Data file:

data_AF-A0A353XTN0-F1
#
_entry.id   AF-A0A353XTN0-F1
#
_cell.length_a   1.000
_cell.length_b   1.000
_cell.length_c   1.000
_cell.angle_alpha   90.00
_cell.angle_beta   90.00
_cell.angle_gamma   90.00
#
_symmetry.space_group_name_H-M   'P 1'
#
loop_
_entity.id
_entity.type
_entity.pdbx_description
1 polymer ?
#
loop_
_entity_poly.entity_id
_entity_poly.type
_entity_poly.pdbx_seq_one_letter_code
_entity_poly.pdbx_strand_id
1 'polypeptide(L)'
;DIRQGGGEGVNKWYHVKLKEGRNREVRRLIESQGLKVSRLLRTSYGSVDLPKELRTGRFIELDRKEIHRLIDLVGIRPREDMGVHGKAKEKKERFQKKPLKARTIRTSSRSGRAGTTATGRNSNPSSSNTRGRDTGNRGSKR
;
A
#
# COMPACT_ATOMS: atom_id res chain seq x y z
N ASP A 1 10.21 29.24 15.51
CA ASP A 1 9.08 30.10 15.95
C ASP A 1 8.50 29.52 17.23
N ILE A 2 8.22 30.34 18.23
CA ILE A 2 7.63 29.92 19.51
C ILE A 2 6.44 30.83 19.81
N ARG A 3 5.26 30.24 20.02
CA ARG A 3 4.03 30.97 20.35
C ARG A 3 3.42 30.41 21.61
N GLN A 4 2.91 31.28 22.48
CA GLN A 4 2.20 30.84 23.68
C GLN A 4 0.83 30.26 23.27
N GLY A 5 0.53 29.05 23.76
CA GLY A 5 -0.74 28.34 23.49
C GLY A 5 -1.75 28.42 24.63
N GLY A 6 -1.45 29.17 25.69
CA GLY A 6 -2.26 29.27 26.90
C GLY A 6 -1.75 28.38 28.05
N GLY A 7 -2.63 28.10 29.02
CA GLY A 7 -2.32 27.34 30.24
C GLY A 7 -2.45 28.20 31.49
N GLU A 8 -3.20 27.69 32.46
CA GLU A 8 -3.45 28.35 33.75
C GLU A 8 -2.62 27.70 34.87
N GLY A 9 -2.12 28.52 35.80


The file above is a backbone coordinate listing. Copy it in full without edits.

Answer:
data_AF-A0A353XTN0-F1
#
_entry.id   AF-A0A353XTN0-F1
#
_cell.length_a   1.000
_cell.length_b   1.000
_cell.length_c   1.000
_cell.angle_alpha   90.00
_cell.angle_beta   90.00
_cell.angle_gamma   90.00
#
_symmetry.space_group_name_H-M   'P 1'
#
loop_
_entity.id
_entity.type
_entity.pdbx_description
1 polymer ?
#
loop_
_entity_poly.entity_id
_entity_poly.type
_entity_poly.pdbx_seq_one_letter_code
_entity_poly.pdbx_strand_id
1 'polypeptide(L)'
;DIRQGGGEGVNKWYHVKLKEGRNREVRRLIESQGLKVSRLLRTSYGSVDLPKELRTGRFIELDRKEIHRLIDLVGIRPREDMGVHGKAKEKKERFQKKPLKARTIRTSSRSGRAGTTATGRNSNPSSSNTRGRDTGNRGSKR
;
A
#
# COMPACT_ATOMS: atom_id res chain seq x y z
N ASP A 1 10.21 29.24 15.51
CA ASP A 1 9.08 30.10 15.95
C ASP A 1 8.50 29.52 17.23
N ILE A 2 8.22 30.34 18.23
CA ILE A 2 7.63 29.92 19.51
C ILE A 2 6.44 30.83 19.81
N ARG A 3 5.26 30.24 20.02
CA ARG A 3 4.03 30.97 20.35
C ARG A 3 3.42 30.41 21.61
N GLN A 4 2.91 31.28 22.48
CA GLN A 4 2.20 30.84 23.68
C GLN A 4 0.83 30.26 23.27
N GLY A 5 0.53 29.05 23.76
CA GLY A 5 -0.74 28.34 23.49
C GLY A 5 -1.75 28.42 24.63
N GLY A 6 -1.45 29.17 25.69
CA GLY A 6 -2.26 29.27 26.90
C GLY A 6 -1.75 28.38 28.05
N GLY A 7 -2.63 28.10 29.02
CA GLY A 7 -2.32 27.34 30.24
C GLY A 7 -2.45 28.20 31.49
N GLU A 8 -3.20 27.69 32.46
CA GLU A 8 -3.45 28.35 33.75
C GLU A 8 -2.62 27.70 34.87
N GLY A 9 -2.12 28.52 35.80